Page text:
How to Attract the Most Reputable Law Firms with Your Resume

Be truthful

Sell yourself, but keep it real. Lying or exaggerating on your resume is never a good look, especially if you get caught! Just be honest about your experience.  Instead of making things up, provide real-life involvement and skills that you have developed—and be ready to back it up with details. Always be prepared to defend and speak to those details with facts and stories in face-to-face interviews.

Keep it short, sweet, and simple

We have all heard the saying “less is more,” which is important to consider when creating your resume.  The best thing any lawyer can do for themselves is to condense and not puff up their resume with irrelevant words. Saying less on your resume can actually help you to get your point across more effectively and give you more to talk about in your interview. The last thing you want is for an employer to find any reason to not want to hire you.

Stand out, but keep it professional   

Anything that you put on your resume should remain relevant to practicing law. Of course, you want your personality and individuality to shine through (slightly), but avoid mentioning random things about yourself such as previous businesses you started that failed, or even framing yourself in a way where employers feel as though you are conspiring to leave the company.  Leave out random jobs that you had prior to law school with no relevance. Do this in order to prevent painting yourself in a bad light.

Make sure it’s perfect

Remember that your resume is one of the best ways to market yourself.  And if you want any reputable law firm to take you seriously, it is imperative that you deliver the best of the best. One thing to remember is to triple check for grammar, keep it compelling, and easy to read.  Perfecting the mechanics of your work will result in employers taking you seriously.

3 Time Management Tips for Lawyers

As a practicing law professional, there’s no doubt that your job is demanding, and that time is your most valuable resource. In a field where minutes and seconds matter, there are a few steps you can follow to help make the most of your time.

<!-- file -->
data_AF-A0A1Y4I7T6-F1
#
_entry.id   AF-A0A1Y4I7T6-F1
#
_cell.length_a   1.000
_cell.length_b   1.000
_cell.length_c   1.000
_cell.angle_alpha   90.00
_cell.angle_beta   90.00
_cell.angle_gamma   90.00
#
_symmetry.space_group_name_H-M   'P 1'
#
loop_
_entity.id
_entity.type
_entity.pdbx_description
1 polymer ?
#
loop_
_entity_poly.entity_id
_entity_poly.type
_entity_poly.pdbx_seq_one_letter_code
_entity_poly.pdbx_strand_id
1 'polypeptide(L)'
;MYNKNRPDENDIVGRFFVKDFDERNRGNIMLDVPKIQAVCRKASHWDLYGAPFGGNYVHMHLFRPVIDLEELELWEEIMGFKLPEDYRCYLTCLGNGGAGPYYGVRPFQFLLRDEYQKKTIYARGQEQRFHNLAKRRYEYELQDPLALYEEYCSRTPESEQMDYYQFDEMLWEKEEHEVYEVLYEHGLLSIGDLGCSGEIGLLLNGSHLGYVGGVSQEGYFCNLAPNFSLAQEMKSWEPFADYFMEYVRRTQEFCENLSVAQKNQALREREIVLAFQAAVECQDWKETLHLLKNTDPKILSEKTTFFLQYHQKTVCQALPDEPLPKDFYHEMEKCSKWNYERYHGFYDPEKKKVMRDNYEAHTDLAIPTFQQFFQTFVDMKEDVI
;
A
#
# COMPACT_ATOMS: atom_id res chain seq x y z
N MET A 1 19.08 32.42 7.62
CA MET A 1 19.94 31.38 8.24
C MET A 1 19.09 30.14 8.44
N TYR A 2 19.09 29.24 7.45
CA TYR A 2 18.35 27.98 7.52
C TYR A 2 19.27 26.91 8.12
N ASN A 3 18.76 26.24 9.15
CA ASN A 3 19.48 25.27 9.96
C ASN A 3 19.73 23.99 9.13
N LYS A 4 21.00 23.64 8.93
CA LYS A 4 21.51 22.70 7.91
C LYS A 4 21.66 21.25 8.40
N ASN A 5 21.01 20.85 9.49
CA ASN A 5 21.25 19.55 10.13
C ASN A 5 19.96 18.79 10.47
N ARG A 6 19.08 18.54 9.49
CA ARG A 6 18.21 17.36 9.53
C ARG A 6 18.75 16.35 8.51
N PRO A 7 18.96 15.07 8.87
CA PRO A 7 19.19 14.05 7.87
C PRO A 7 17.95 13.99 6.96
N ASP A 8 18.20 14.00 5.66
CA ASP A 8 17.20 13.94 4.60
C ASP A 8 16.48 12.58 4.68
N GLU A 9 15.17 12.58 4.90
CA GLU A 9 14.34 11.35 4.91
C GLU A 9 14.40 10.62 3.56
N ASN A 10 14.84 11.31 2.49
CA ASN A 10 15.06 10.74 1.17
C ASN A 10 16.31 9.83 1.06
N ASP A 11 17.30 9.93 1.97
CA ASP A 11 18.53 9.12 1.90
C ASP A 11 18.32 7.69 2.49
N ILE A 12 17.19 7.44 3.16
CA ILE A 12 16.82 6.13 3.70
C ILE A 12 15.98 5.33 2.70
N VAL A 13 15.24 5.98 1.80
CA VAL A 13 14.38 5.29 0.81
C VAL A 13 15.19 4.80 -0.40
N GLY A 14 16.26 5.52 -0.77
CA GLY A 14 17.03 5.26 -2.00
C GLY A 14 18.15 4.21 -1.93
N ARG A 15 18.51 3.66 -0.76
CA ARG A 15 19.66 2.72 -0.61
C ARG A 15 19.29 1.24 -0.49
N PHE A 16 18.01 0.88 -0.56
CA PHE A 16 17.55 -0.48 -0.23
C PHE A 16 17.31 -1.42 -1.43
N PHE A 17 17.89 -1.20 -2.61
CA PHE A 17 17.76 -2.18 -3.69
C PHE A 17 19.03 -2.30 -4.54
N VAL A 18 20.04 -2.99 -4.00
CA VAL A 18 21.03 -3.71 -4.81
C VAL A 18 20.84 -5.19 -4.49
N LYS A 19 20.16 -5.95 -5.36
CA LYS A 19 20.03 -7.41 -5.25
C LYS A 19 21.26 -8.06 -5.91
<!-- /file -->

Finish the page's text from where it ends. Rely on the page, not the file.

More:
1. Adhere to the 80/20 rule

The 80/20 rule applies to many aspects of life, but it can also apply to time management and how you delegate tasks. In the work place, this rule suggests that 20 percent of your actions will equate to 80 percent of your work created. This holds true to your work as a law professional. Try to make sure you’re putting billable work first and foremost. Prioritize your tasks by giving your administrative tasks to staff so you can focus on your most important work first.

  1. Utilize technology

In this technology-based age, there are plenty of resources you can utilize to help manage your time and make the most of your work day. Many of these are accessible on your phone. Some options include Fastcase, perfect for faster legal research, or Trialpad for paperless trial presentations. There are also business card readers and to-do apps that you can download on your phone to help you easily keep track of contacts and manage your tasks.

  1. Minimize your task-switching

It takes a conscious effort for your brain to switch from one task to a completely new one. Going back and forth from one task to the next can take unnecessary time away from you. There are also dangers in multitasking, especially when you’re dealing with important material. You work your best when you’re focusing on a sole project so your ideas can grow. Try your best to focus on one task at a time and get it done before you switch to another. This will help you get your tasks completed successfully while minimizing the struggle of going from one idea to another.